In reference to the Hatshepsut Project artifacts come in various shapes and sizes. Maybe as small as an inscribed bead to the much larger statues. Each and every artifact discovered in Egypt has a story, whether inscribed/ painted or not. The value of each and every item increases depending on the completeness of information we have regarding its provenance.
The very many fragments of statues discovered by Herbert Winlock (on behalf of the Metropolitan Museum of Art) at Deir el Bahri have a clear provenance. Each and every one of those statues came from Deir el Bahri. Each one was treated to various levels of destruction before being dumped in pits which were uncovered in the 20th century.
The British Museum (Hatshepsut) obelisk, found at Qasr Ibrim has some history. It was treated to the same defacement as many of Hatshepsut’s monuments, a point not unexpected. It was re-used within a later monument which saved in from the ravages of time. What would be good for this obelisk is to know where Hatshepsut erected it originally. It seems to have lasted into the time of the sole reign of Thutmose III (perhaps Amenhotep II), where either standing or not was defaced. We cannot blame anyone for the lack of provenance. It was re-used/ recycled after Hatshepsut’s death. We may never know the original location of this object. We are fortunate to have this little obelisk at all, after 3500 yrs or so.
The amount of information that can be gained from a single object, which may not be particularly eye catching in a museum is incredible. A small scarab beetle, which lies surrounded by many others perhaps in better shape, cannot be ignored. Often we can gain information such as which god the item is dedicated to, who dedicated it, which temple and more. Whereas it’s nice to see a Scarab Beetle of Hatshepsut, its better to have the most complete information- leaving less room for guesswork.
It’s not just the inscriptions, but say a Scarab Beetle dedicated to Amun was found within the temple of Karnak, with the name of Hatshepsut. We can say that it was dedicated BY Hatshepsut TO Amun at Karnak. This is preferable to “Hatshepsut scarab with name of Amun inscribed” which we would get without the information of its discovery location. If a canopic jar with the name of Hatshepsut is ever found, great. However, as this item was NOT found by anyone who recorded it in the records we read today, there is a chance that it was stolen. If stolen, where from? where’s it been? was it found in KV20? Or do we draw a blank? Then, what happens is there are human remains in the above canopic jar? The only acceptable provenance (excavation) has been ruled out, so how can we link the remains with Hatshepsut, with great certainty?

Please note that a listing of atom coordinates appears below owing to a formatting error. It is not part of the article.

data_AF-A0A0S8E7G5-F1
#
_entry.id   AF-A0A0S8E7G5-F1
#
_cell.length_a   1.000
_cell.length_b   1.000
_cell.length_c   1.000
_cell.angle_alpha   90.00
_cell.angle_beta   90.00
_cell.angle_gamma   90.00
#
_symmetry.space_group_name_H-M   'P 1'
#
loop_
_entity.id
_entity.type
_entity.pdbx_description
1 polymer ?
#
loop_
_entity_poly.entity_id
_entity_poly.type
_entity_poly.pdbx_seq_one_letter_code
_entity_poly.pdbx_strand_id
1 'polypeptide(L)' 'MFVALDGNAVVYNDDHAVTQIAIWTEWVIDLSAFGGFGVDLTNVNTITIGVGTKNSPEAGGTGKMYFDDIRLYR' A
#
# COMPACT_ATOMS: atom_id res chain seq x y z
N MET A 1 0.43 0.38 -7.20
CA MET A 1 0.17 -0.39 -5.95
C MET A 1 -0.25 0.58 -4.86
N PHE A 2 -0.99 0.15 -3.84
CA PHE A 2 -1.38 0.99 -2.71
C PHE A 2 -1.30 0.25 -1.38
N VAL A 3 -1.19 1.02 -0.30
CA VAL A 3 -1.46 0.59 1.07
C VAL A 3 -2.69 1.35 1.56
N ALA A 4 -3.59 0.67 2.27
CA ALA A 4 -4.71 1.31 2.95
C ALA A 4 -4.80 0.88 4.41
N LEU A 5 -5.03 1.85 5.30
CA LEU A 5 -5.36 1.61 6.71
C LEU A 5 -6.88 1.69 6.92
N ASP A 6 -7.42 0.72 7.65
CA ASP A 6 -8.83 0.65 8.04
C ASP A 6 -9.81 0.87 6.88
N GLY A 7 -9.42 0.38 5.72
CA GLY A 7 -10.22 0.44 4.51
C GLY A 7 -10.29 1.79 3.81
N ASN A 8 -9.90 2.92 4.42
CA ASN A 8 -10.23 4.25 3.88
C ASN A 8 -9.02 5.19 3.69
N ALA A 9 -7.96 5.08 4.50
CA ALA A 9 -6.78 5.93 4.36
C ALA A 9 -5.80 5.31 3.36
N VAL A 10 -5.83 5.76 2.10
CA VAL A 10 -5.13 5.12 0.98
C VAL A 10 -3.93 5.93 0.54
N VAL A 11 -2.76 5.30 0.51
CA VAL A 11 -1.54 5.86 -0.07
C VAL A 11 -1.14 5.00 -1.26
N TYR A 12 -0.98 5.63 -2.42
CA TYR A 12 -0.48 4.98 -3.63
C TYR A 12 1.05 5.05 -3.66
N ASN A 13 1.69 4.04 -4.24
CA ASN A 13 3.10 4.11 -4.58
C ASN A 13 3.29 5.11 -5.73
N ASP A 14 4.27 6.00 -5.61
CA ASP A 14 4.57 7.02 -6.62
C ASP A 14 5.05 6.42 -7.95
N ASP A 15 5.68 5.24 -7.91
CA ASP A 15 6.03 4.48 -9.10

Artifacts have a number of ways of ending up in our museums collections. Many are acquired through excavations. Some have been purchased on the antique markets, some are gifts and others are bequeathed by the “owners” of these items in their Last Will and Testimony. Then there’s the black market. Today’s stance on the purchase of items which come from the black market is clear. It is illegal and unacceptable. If the true number of Egyptian artifacts scattered across the globe which were bought on the black market was known, it would make for shocking reading. Again we should be lucky to have these items today. Its only when an items provenance is put into question do we realise what we are missing. We cannot do a thing about it.
These are but brief comments. The more museums I visit in person or virtually- the more I see the importance or provenance. More often than not it is the lack of provenance which sticks in the mind.
One item of note in recent press is the Hatshepsut vessel containing the carcinogenic substance. Who originally found this object? EXACTLY where and when? What happened since then? The Hatshepsut Database I am creating has a number of blank entries- and will remain so until this information is volunteered to us.